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What’s your 4-pack?

(Lessons from Arnold Schwarzenegger and his midriff)

Apparently, Arnold Schwarzenegger only ever had a 4-pack. A 4-pack stomach is like a 6-pack stomach but not quite as ‘good’ (some of the abdominal muscles are still covered by body fat), or so I hear. There’s an 8-pack option too.

Genetics meant that even though Arnie was the Mr Olympia for a number of years he was never able to attain a 6-pack.

Did this bother him? Did it hold him back?

I’m not sure we can know the answer to the first question but by most standards the answer to the latter question is a resounding no.

What are the 4-packs in your life, home or business? How much time and effort are you exerting chasing a metaphorical 6-pack? What else could you spend that energy on? Where could you apply the rule of good enough?

The opposite side of the coin from incrementing to awesome is knowing when to stop.

 

 

 

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Fear of the Known

Yesterday, I went for a run through an unfamiliar area. Pretty soon I was lost but I was happy. I knew I had to get back and I knew I was very unlikely to simply turn around and retrace my steps. And I was cool with it.

Then, suddenly, I recognised where I was and I was hit with a sudden feeling of dread as I realised that I was around 2 miles from home.

It dawned on me that a) this made little sense and b) this happened to me a lot. I could be fully aware of, and happy with, a set of risks. But then one of those risks would materialise and boom! I’d experience fear.

Fear is a little like arsenic: it’s natural, ancient, potentially toxic and only occasionally useful. Humans are built to experience fear, to run away, resist change, stay put and hide under the duvet.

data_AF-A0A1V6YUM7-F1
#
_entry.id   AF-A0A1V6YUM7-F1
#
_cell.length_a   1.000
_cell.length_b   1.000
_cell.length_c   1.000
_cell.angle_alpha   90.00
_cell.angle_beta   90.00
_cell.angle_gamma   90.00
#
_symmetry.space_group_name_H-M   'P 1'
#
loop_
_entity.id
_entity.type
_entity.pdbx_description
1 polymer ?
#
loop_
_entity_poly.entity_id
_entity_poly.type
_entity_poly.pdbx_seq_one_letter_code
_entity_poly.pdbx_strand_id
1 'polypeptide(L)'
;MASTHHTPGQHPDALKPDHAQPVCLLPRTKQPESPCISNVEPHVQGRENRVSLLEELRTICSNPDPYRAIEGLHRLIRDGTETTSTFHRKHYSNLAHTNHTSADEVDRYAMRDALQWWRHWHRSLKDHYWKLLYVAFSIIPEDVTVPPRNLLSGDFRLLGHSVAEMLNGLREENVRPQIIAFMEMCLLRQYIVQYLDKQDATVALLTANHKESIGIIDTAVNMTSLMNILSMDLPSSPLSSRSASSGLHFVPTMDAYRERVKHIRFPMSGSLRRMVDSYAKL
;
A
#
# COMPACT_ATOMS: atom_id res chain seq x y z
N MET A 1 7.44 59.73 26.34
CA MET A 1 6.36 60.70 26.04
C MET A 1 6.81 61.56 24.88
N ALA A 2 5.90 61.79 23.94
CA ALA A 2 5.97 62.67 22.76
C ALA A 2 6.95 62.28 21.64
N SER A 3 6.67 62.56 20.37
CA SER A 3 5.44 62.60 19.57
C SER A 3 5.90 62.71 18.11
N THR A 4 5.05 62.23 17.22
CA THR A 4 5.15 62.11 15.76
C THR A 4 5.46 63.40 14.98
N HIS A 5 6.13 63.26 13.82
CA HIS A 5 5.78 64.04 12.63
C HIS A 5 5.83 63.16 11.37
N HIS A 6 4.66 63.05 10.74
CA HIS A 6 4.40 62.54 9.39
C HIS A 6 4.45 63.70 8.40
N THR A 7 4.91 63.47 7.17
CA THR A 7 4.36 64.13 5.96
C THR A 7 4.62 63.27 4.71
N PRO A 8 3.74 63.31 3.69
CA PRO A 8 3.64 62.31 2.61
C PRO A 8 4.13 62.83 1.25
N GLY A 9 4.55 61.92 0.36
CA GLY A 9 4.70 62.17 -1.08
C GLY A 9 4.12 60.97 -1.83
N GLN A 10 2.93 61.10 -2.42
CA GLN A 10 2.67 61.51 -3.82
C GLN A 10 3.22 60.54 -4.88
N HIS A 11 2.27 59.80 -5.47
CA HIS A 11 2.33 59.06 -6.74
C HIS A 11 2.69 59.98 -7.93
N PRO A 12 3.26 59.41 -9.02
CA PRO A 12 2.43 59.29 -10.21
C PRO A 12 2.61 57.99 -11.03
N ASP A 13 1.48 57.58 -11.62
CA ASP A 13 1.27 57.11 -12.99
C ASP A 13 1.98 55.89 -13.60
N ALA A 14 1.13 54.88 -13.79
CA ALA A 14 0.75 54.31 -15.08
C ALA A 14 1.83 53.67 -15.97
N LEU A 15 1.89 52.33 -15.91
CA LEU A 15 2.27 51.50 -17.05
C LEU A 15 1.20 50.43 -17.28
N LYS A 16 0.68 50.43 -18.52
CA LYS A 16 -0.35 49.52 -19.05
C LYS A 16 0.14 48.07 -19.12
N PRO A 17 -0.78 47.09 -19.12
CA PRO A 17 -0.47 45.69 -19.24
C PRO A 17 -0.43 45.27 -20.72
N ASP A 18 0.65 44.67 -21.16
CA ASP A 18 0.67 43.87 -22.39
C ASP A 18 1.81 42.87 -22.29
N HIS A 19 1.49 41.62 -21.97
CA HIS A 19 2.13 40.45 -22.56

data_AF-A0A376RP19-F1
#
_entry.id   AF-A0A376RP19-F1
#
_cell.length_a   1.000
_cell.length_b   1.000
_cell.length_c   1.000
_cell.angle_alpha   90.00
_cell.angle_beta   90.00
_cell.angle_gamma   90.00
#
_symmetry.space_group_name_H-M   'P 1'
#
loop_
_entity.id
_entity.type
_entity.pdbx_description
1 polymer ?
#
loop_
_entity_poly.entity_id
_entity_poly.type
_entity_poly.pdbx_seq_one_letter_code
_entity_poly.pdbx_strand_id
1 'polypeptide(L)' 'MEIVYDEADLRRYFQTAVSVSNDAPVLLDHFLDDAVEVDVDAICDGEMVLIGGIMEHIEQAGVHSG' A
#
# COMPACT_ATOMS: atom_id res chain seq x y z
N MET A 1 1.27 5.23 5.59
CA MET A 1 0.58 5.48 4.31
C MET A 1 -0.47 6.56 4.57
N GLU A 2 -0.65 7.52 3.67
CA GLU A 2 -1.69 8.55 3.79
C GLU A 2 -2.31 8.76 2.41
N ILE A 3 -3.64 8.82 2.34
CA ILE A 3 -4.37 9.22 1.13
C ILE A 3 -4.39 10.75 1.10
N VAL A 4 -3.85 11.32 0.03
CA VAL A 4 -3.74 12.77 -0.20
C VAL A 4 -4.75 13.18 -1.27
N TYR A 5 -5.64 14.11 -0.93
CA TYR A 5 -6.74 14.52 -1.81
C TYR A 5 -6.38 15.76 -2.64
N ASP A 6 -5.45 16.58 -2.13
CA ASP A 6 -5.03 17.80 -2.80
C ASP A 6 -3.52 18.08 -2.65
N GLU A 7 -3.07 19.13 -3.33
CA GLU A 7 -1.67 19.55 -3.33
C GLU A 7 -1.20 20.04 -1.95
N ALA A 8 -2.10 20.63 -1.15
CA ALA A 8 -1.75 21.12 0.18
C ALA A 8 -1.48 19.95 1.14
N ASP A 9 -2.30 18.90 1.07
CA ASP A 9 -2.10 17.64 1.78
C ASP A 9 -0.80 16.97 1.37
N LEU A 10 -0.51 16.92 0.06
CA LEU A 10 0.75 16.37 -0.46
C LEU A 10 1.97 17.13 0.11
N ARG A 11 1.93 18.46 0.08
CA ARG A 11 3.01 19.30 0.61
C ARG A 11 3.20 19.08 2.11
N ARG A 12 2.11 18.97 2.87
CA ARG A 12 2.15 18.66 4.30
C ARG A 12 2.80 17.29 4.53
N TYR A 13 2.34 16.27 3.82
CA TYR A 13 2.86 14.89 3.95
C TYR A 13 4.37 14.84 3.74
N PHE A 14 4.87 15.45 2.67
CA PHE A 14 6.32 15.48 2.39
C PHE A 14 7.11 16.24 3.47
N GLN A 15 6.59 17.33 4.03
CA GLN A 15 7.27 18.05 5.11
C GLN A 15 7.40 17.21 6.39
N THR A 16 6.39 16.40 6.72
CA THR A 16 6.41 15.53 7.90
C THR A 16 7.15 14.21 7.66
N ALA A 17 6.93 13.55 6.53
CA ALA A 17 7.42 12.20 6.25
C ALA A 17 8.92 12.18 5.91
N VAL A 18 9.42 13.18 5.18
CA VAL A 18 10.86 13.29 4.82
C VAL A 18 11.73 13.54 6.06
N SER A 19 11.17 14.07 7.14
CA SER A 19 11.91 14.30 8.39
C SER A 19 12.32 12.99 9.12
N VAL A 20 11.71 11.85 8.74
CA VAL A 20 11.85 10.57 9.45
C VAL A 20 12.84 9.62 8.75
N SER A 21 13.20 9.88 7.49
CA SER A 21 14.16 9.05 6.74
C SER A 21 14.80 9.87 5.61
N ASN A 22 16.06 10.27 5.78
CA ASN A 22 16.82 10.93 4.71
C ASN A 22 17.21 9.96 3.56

On the other hand, fear is good. Fear means we’re evolving. It means we’re pushing forward. Fear means we’re reaching for our awesome.

This blog is all about taking gentle steps but if we’re not ever scared perhaps the steps are too gentle?

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Better than Nothing

‘Better than nothing’ is normally a dismissive term.

Sure, whatever, better than nothing right?

Let’s look at it from another perspective for a second. Consider the activities in our lives and businesses that contribute nothing to our goals. Pointless meetings, wasting hours on social media, dealing with the wrong kind of clients…

Now think of things that are simple, easy and better than nothing. If you did those things instead of the things with no value at all what do you think the net effect would be? After a day, week, year, lifetime?

A 5 minute walk is better than no exercise. Writing a few words is better than writing none. Reaching out to one person is better than helping no-one.

The best thing is, once these tiny better-than-nothings are in place we can do something very slightly better again.

It could be that the biggest opportunity we get in our lives is the opportunity to do lots of tiny things.

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Thinking Outside of the Cave

Where are you most creative? Where do you do your best thinking?

Where do you spend your time? Where do you go to solve complex problems?

Are you desk- or office-bound? What about your team if you have one?

The idea for this post came to me originally when I was running on a treadmill. I forgot about it for a while but I kept remembering it when I was in the shower.

I seem to be at my most creative when walking outside or when taking a shower. I solve problems best in front of a big whiteboard. Yet I spend all day sat on my bum.

It’s easy, inoffensive and conventional to spend hours sat at a desk. That doesn’t make it right (or healthy, but that’s a different topic).

Today, my Path to Awesome is to be more aware and respectful of my own needs for appropriate creative space, and those of my team. How about you?

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Honesty

Incrementing to Awesome is about taking gentle steps towards a better place. There are three parts to this equation.

Firstly, there’s ‘Incrementing’, the practise of making consistent, tiny, mostly-safe changes. It’s the spirit of Kaizen mixed with the Art of the Possible.

Next, comes ‘Awesome’: the destination of your incrementing journey, whether or not you intend or desire to reach it.